Jim Adams’ challenge is to write about a piece which includes the words – Breakfast, Brunch, Dinner, Lunch, Snack, Supper. Arlo Guthrie Alice’s Restaurant Massacree released in October 1967 mentions a “Thanksgiving Dinner that couldn’t be beat.” I have always loved this song, and its rambling story. It is well worth a listen, especially since it has been selected for the National Recording Registry as being “culturally, historically, or artistically significant.”
This song is called Alice’s Restaurant, and it’s about Alice, and the
Restaurant, but Alice’s Restaurant is not the name of the restaurant,
That’s just the name of the song, and that’s why I called the song Alice’s
You can get anything you want at Alice’s Restaurant
You can get anything you want at Alice’s Restaurant
Walk right in it’s around the back
Just a half a mile from the railroad track
You can get anything you want at Alice’s Restaurant
Now it all started two Thanksgivings ago, was on – two years ago on
Thanksgiving, when my friend and I went up to visit Alice at the
Restaurant, but Alice doesn’t live in the restaurant, she lives in the
Church nearby the restaurant, in the bell-tower, with her husband Ray and
Fasha the dog. And livin’ in the bell tower like that, they got a lot of
Room downstairs where the pews used to be in. Havin’ all that room,
Seein’ as how they took out all the pews, they decided that they didn’t
Have to take out their garbage for a long time.
We got up there, we found all the garbage in there, and we decided it’d be
A friendly gesture for us to take the garbage down to the city dump. So
We took the half a ton of garbage, put it in the back of a red VW
Microbus, took shovels and rakes and implements of destruction and headed
On toward the city dump.
Well we got there and there was a big sign and a chain across across the
Dump saying, “Closed on Thanksgiving.” And we had never heard of a dump
Closed on Thanksgiving before, and with tears in our eyes we drove off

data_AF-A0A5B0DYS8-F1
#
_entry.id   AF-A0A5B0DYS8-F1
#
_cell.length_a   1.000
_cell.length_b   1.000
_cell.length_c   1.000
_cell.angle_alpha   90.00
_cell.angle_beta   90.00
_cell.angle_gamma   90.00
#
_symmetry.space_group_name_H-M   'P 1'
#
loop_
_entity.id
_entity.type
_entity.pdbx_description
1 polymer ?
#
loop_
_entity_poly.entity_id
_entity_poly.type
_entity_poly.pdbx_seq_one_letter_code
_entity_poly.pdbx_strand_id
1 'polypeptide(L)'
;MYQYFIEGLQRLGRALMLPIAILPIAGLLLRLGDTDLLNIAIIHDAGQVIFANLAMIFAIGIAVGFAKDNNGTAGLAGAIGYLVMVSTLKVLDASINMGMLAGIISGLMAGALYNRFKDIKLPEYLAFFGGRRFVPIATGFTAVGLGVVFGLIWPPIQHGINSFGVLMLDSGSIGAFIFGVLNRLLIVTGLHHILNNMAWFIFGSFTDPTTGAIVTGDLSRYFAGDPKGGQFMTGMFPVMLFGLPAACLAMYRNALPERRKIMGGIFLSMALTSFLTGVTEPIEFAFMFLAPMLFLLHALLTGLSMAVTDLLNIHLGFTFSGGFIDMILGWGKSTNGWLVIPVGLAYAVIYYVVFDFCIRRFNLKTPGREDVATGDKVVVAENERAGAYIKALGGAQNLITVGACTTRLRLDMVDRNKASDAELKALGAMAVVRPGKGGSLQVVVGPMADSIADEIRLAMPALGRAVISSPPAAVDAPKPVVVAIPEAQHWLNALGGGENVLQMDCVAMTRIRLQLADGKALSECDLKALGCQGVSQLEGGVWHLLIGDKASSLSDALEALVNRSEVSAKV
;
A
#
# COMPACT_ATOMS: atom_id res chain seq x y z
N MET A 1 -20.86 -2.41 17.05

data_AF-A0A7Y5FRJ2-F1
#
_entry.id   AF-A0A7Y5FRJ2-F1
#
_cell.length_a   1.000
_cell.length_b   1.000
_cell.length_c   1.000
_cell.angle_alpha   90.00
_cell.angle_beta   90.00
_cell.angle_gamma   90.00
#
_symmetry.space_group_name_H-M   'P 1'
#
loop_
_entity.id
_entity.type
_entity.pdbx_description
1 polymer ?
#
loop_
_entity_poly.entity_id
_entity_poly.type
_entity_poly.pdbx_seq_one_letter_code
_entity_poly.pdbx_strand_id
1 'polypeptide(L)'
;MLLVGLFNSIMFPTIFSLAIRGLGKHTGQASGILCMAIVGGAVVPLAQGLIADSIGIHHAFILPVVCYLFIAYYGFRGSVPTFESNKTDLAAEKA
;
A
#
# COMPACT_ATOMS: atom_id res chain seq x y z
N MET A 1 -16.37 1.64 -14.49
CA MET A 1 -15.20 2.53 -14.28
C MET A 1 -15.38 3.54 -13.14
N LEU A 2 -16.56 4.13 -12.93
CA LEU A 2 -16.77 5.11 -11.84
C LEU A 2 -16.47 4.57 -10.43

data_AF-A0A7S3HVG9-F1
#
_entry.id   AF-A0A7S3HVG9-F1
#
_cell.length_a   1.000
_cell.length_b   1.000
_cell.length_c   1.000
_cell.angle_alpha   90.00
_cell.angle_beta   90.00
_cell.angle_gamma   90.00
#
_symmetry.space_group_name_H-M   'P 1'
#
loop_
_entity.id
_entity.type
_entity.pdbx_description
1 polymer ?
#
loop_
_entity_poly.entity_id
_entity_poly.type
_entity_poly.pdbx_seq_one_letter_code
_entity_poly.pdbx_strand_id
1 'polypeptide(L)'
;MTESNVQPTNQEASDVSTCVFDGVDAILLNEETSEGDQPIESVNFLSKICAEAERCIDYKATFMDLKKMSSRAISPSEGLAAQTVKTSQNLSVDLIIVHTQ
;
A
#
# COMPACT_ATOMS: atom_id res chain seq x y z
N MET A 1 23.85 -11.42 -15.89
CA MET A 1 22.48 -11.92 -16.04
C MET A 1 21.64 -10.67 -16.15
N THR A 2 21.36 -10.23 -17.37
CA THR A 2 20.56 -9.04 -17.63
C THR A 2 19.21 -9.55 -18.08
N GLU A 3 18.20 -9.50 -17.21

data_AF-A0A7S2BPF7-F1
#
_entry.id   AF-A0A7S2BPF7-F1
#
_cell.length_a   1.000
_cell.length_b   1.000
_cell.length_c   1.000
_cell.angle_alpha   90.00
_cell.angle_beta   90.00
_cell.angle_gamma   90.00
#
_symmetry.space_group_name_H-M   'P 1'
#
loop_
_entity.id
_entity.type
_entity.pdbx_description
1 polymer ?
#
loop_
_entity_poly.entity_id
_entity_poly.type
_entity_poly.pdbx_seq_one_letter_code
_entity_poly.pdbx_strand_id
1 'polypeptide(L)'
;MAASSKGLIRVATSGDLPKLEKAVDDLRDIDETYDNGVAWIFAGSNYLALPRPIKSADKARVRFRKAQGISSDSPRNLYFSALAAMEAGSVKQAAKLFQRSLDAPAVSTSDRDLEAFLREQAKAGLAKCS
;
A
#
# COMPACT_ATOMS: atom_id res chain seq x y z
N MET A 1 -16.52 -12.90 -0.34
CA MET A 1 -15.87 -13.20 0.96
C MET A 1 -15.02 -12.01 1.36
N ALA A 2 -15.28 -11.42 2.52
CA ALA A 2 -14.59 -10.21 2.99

Into the sunset looking for another place to put the garbage.
We didn’t find one. Until we came to a side road, and off the side of the
Side road there was another fifteen foot cliff and at the bottom of the
Cliff there was another pile of garbage. And we decided that one big pile
Is better than two little piles, and rather than bring that one up we
Decided to throw our’s down.
That’s what we did, and drove back to the church, had a thanksgiving
Dinner that couldn’t be beat, went to sleep and didn’t get up until the
Next morning, when we got a phone call from officer Obie. He said, “Kid,
We found your name on an envelope at the bottom of a half a ton of
Garbage, and just wanted to know if you had any information about it.” And
I said, “Yes, sir, Officer Obie, I cannot tell a lie, I put that envelope
Under that garbage.”
After speaking to Obie for about fourty-five minutes on the telephone we
Finally arrived at the truth of the matter and said that we had to go down
And pick up the garbage, and also had to go down and speak to him at the
Police officer’s station. So we got in the red VW microbus with the
Shovels and rakes and implements of destruction and headed on toward the
Police officer’s station.
Now friends, there was only one or two things that Obie coulda done at
The police station, and the first was he could have given us a medal for
Being so brave and honest on the telephone, which wasn’t very likely, and
We didn’t expect it, and the other thing was he could have bawled us out
And told us never to be see driving garbage around the vicinity again,
Which is what we expected, but when we got to the police officer’s station
There was a third possibility that we hadn’t even counted upon, and we was
Both immediately arrested. Handcuffed. And I said “Obie, I don’t think I
Can pick up the garbage with these handcuffs on.” He said, “Shut up, kid.
Get in the back of the patrol car.”
And that’s what we did, sat in the back of the patrol car and drove to the
Quote Scene of the Crime unquote. I want tell you about the town of
Stockbridge, Massachusets, where this happened here, they got three stop
Signs, two police officers, and one police car, but when we got to the
Scene of the Crime there was five police officers and three police cars,
Being the biggest crime of the last fifty years, and everybody wanted to
Get in the newspaper story about it. And they was using up all kinds of
Cop equipment that they had hanging around the police officer’s station.
They was taking plaster tire tracks, foot prints, dog smelling prints, and
They took twenty seven eight-by-ten colour glossy photographs with circles
And arrows and a paragraph on the back of each one explaining what each
One was to be used as evidence against us. Took pictures of the approach,
The getaway, the northwest corner the southwest corner and that’s not to
Mention the aerial photography.
After the ordeal, we went back to the jail. Obie said he was going to put